For fishing, the Pit is rugged wading but chock-full of wild rainbow trout (and a few browns). Below Lake Britton is a series of dams and powerhouses carving the river into distinct sections, and some of these sections are quite remote. The farther you are willing to hike, the better the fishing is likely to be. With a little hiking you will not see another angler all day long. There’s a lot of Pit River to fish between Lake Britton and Lake Shasta. The section below Lake Britton Dam sees a lot of fishing guides and clients.
Although rafting/kayaking is not easy due to its rugged terrain, it’s certainly not impossible on the Pit. Most of the daredevils you’ll find on this river are near Pit River Falls, where you can launch down a long chute.
Pit River Falls is easily one of the most underrated waterfalls in NorCal, most likely due to the fact that the hike to see it isn’t easy. So a more matter-of-fact way to get to the falls is to kayak to it. There’s only one problem – once you reach the falls in a kayak, you have to plunge over it, right?
The legendary McCloud River is famous for a lot of things – fishing, massive waterfalls and historic castles. It packs a lot of punch as it flows south into Shasta Lake.
Sitting in McCloud, California is one of the most spectacular hikes in all the West Coast, with a 3.5 roundtrip jaunt bringing you to three waterfalls, all of which are unique in their own right. The McCloud Waterfalls Trail sits about 15 minutes off Interstate 5 near Mount Shasta and will take you to Lower, Upper and Middle McCloud Falls.
If you’re looking for a kayaking adventure, the McCloud can put you right next to the historic vacation home of newspaper mogul William Randolph Hearst. It’s certainly an odd way to explore historic architecture, but it’s the only way you’re going to see it. The Wyntoon Castle is not open to the public and in most cases, can only be seen from the water. If you bring your kayak down through the McCloud River, you’ll be in a rare group.
Of course, the fishing is stuff of legend as well. The Rainbow Trout of the McCloud River have often been called the “Rainbow of the World,” being exported all around the world including Japan, Australia, New Zealand, Scotland, Argentina, Chile, Peru and all over western Europe.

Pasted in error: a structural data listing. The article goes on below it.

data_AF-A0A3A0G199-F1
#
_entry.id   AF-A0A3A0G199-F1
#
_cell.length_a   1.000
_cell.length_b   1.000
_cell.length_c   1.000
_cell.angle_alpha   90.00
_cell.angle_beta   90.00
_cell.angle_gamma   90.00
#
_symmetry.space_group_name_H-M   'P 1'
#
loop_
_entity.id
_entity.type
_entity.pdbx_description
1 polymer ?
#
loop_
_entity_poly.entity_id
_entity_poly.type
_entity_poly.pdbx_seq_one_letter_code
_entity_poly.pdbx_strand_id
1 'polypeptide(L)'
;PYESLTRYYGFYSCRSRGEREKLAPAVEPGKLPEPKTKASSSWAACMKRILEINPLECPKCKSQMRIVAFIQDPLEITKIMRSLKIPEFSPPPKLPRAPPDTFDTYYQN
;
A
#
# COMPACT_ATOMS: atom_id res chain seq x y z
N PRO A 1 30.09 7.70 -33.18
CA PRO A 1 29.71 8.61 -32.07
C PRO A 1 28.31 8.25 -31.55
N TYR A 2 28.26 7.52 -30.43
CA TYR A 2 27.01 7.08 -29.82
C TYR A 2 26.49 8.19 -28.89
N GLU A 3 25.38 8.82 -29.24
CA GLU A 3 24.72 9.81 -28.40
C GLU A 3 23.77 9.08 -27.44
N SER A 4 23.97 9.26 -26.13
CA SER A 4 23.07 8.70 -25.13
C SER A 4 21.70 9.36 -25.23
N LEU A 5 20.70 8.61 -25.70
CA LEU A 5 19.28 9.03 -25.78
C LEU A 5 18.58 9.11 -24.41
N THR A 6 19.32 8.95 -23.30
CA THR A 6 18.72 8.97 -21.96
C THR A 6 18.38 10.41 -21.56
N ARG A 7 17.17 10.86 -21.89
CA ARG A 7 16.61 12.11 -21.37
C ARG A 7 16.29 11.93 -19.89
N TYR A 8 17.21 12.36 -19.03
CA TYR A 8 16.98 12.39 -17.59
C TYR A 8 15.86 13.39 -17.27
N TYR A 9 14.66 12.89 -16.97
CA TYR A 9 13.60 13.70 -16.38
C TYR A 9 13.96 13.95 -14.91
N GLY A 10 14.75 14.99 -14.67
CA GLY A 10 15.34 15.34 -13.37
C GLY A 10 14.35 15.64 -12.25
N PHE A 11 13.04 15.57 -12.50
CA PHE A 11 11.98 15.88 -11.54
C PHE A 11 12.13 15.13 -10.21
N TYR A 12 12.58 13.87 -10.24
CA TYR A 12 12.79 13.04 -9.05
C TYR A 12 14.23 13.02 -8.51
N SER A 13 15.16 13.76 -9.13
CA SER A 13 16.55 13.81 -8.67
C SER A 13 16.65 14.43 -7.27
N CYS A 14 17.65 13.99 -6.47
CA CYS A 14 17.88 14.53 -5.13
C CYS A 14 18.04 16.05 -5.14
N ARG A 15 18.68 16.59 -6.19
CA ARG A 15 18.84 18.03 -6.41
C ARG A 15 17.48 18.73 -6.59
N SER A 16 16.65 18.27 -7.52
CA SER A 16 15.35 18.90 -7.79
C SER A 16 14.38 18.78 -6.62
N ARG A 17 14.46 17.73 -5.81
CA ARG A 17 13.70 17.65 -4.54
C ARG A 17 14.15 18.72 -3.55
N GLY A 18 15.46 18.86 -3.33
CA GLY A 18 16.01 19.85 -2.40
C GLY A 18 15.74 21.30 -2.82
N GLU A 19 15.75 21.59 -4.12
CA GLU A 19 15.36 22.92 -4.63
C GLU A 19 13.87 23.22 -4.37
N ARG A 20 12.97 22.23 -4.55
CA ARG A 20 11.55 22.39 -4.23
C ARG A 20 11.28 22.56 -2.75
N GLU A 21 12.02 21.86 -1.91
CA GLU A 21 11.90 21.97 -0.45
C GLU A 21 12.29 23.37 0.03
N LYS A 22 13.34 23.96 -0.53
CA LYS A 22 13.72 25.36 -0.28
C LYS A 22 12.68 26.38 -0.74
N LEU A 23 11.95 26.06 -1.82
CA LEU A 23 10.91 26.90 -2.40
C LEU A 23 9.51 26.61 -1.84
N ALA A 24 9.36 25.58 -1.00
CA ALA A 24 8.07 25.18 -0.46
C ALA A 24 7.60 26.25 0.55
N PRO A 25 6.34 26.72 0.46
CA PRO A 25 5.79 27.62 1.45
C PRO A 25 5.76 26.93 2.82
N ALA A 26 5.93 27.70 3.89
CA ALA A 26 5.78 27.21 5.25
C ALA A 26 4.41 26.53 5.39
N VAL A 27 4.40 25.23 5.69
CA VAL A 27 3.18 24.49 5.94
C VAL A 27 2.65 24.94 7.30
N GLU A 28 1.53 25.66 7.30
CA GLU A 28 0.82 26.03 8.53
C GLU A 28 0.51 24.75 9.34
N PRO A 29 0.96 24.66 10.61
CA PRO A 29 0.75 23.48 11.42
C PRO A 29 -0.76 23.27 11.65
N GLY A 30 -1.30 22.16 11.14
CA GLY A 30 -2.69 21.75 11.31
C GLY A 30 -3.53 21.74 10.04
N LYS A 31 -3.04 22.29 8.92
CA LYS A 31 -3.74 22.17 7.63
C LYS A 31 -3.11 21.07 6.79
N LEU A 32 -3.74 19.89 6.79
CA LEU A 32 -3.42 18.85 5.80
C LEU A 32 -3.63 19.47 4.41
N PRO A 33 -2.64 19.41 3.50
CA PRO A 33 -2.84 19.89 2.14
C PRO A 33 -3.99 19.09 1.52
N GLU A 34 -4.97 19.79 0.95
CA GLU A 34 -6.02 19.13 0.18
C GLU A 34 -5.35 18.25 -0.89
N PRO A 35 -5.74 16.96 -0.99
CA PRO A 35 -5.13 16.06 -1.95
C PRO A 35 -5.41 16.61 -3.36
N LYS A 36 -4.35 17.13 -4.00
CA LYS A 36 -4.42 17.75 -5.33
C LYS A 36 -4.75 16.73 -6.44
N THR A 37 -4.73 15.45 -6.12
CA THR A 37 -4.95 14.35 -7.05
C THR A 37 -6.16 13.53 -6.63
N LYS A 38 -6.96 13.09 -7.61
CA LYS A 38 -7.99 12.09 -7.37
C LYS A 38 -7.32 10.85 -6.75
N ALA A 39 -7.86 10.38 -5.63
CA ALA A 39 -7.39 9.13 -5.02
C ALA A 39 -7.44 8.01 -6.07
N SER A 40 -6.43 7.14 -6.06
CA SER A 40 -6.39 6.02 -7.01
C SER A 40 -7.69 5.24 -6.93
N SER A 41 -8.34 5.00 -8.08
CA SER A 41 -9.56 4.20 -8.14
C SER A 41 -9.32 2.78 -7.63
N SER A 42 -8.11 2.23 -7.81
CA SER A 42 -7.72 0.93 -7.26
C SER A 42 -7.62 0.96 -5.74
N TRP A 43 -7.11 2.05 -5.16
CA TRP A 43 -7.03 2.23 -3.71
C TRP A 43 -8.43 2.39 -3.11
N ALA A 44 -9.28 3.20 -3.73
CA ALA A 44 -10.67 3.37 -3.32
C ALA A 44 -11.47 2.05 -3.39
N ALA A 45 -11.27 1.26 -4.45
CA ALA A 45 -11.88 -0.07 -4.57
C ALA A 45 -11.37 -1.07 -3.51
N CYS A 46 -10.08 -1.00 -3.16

From a fishing perspective, the McCloud River is best described as two different rivers. Above McCloud Reservoir the river is smaller, easier to wade and popular with families and folks who delight in the smell of fresh fish sizzling in pan. Fish are stocked at Fowler’s Campground and Lower Falls. As far as finding the fish, well, if you can’t actually see them, look for deeper water. Because the upper river is fairly shallow and the water clear, fish do their best to avoid direct sunlight.
For anyone looking for a more challenging kayak trip, Clear Creek below Whiskeytown Lake offers Class IV rapids through the west side of town. The 8-mile stretch of water goes from just below Whiskeytown Lake to the take out near Igo, offering little-known whitewater for the adventurous.
The fishing on Clear Creek is remarkably good for large and small rainbow trout, even though most of it is too deep to wade. Nevertheless, if you’re willing to do a little climbing around (or even swimming during summer), there is enough pristine, trout-filled water to fish for days. The trick is getting in and back out again.
This smallish spring creek southeast of Burney is a shrine to fly fishing and wild trout. Wild-eyed anglers, sometimes waving bamboo rods worth more than my car, drool if even one of these ultra-selective trout looks at their fly. It isn’t really that tough, but the more skill you have, the better.
The success of transforming the fishery from a put-and-take fishery in the 1960s into a world class, wild trout Mecca inspired the formation of California Trout and the California Wild Trout Program. If you’re into it, this is the Vatican of California fly fishing.
There aren’t many opportunities to enjoy Hat Creek if you aren’t fishing, but taking in its beauty in eastern Shasta County is well worth the trip.